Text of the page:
A family affair: "His Perfect Partner" by Priscilla Oliveras

Book: His Perfect Partner by Priscilla Oliveras (Matched to Perfection #1)

Release date: September 26, 2017

Pages: 330

Publisher: Zebra Shout

Genre/category: Contemporary romance

Rating: ★★★

A workaholic single dad and a professional dancer with family obligations and dreams of returning to New York hit it off in this PG romance.

I had a really hard time with this one, and I wanted to love it. I mean, Latinx heroes? Dancing? Adorable plot moppets? Come through, Priscilla. 

But I didn't connect with this one, mostly because it had elements that really turned me off. For one, this is the second romance that I've read recently where a sexy single dad's ex, who is never seen and never gets to speak for herself, is depicted as a selfish woman who abandoned her child. Lately, I don't have a lot of patience for men speaking for women, or for one-dimensional portrayals. You know what I'd love to read, what I'd find way more realistic and compelling? A romance where the ex is still present and yeah, co-parenting is challenging and awkward, but the new love interest and the ex are able to respect each other like mature adults for the sake of the children and because they both acknowledge that they're pretty cool chicks. I would read the crap out of that.

The other thing that bothered me is that Yaz, the heroine, offers to step in and provide free child care — and home-cooked meals! — when Tomas, the father of one of her dance students, gets really busy with an ad campaign and his nanny is unavailable. I get that we're supposed to see that Yaz is a compassionate person who genuinely cares for adorable plot moppet Maria. I also get that it's a convenient way to force the two main characters together. However, it feels like Yaz was really letting herself be taken advantage of. She was back home to care for her sick dad. Would someone in that position really be able to take on that additional responsibility for a stranger?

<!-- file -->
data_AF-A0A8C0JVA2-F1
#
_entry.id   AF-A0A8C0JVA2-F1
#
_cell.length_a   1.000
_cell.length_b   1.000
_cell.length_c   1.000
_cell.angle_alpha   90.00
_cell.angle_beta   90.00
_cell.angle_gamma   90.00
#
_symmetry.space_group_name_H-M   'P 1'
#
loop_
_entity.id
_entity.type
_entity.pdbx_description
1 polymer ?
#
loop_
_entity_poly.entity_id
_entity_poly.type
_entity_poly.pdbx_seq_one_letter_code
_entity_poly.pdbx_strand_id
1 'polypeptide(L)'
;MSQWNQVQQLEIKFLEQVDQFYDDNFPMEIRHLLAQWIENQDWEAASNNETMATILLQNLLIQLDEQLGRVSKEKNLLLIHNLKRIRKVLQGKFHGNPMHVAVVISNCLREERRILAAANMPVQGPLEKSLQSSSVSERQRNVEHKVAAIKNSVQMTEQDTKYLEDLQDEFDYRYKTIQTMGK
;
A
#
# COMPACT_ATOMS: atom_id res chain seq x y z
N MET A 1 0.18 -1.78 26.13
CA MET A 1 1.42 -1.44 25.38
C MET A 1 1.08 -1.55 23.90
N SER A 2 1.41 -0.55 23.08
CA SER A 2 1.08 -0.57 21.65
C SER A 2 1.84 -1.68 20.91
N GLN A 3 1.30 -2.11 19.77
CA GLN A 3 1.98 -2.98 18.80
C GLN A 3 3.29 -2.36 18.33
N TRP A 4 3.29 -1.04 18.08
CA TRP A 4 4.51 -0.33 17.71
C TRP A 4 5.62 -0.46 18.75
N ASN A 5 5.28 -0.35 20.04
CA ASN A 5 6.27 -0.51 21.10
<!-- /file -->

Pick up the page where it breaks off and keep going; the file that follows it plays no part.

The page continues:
Then there was the central conflict, which could have been easily solved by the characters honestly addressing whether their career ambitions really were an obstacle to any relationship. It feels like this book was a lot of one character sacrificing things for another, and it didn't feel like an equitable partnership.

I did enjoy all the Spanish in the book, even though as a Spanish speaker, seeing the dialogue immediately repeated with an English translation got a little tedious.

All in all, this was a cute, fun read, and I love seeing a series that centers on Latinas. I might pick up the next book in the series, Her Perfect Affair, because the premise of that one sounds intriguing.